/ 1st ever electronic record?

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aln 12 Feb 2020

It seems widely accepted that Son of My Father by Chicory Tip was the 1st single to feature a synthesizer. The duo Silver Apples made electronic music in the 60's and released an album in 1968, but they had live drumming. What was the 1st record released that featured music that was fully electronic? 

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Doug 12 Feb 2020
In reply to aln:

I had a record (a single on floppy plastic rather than vinyl) of electronic music back in the late 60s which was free with a copy of Practical Wireless. There were also pieces of music from the BBC's radiophonic workshop dating back to the early 60s or maybe earlier (eg the Dr Who theme) but don't know if any where released as records at the time. There were also several 'modern classical' composers (maybe not the best term) working on electronic music in the 60s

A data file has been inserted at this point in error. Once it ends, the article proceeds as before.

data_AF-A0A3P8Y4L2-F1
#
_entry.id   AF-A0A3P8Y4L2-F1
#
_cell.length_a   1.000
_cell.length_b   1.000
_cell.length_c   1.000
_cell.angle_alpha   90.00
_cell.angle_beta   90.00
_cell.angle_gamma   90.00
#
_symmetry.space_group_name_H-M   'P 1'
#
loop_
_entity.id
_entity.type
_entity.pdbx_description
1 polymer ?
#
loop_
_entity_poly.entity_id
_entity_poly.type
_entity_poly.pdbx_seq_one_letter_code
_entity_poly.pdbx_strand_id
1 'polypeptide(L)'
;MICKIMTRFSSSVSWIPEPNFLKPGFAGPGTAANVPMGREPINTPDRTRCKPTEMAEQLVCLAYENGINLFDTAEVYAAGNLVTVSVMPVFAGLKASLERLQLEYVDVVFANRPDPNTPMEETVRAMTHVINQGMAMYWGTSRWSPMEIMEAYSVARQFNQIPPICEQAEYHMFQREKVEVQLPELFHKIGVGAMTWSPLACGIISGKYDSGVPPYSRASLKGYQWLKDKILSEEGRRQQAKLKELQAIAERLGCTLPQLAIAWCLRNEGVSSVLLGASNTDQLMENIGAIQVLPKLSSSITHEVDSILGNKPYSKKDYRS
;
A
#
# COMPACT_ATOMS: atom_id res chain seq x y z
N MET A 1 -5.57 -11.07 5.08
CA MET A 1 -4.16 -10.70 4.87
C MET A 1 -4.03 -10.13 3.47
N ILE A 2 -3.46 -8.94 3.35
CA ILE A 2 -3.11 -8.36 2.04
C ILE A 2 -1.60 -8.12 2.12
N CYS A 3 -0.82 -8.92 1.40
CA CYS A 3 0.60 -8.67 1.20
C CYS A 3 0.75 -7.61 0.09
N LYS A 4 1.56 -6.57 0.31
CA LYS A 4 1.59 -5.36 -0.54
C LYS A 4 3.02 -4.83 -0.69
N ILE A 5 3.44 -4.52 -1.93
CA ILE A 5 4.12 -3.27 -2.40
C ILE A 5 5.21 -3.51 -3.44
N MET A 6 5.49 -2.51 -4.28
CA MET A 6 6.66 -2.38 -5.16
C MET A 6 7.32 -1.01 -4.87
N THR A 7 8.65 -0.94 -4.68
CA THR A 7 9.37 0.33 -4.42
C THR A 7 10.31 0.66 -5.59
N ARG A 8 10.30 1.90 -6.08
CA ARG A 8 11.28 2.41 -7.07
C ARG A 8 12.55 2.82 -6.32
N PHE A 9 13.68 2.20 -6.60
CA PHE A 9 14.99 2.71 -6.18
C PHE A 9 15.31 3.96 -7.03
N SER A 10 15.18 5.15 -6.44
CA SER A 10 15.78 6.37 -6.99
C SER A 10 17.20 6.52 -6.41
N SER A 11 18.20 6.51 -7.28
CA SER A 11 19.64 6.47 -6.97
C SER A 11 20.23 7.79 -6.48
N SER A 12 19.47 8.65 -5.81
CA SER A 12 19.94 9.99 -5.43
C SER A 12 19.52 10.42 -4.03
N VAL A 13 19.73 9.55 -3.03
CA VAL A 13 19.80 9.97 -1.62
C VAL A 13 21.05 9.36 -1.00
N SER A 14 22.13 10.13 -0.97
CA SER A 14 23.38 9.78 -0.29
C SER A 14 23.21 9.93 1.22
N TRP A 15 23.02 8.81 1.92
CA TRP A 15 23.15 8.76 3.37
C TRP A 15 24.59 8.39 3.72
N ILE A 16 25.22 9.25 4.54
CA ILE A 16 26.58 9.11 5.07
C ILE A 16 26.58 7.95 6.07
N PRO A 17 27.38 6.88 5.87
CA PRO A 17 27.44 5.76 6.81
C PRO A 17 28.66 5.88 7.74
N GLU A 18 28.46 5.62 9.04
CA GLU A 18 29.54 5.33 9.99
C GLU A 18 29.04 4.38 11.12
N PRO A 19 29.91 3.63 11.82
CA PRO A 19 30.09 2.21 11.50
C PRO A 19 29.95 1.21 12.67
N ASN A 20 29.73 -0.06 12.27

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Iamgregp 12 Feb 2020
In reply to aln:

Is there an early Theremin record that features only the Theremin?  If so I reckon that could be the one?

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Doug 12 Feb 2020
In reply to Iamgregp:

see https://en.wikipedia.org/wiki/Electronic_music , much depends on which definition of 'electronic music' you use. The wikipedia page seems to concentrate on composition & performance rather than recordings so doesn't quite answer your question

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Flinticus 12 Feb 2020
In reply to aln:

Very quick research indicates the first such release to be The Fascinating World of Electronic Music, released 1959

https://www.discogs.com/Tom-Dissevelt-Kid-Baltan-The-Fascinating-World-Of-Electronic-Music/release/2961095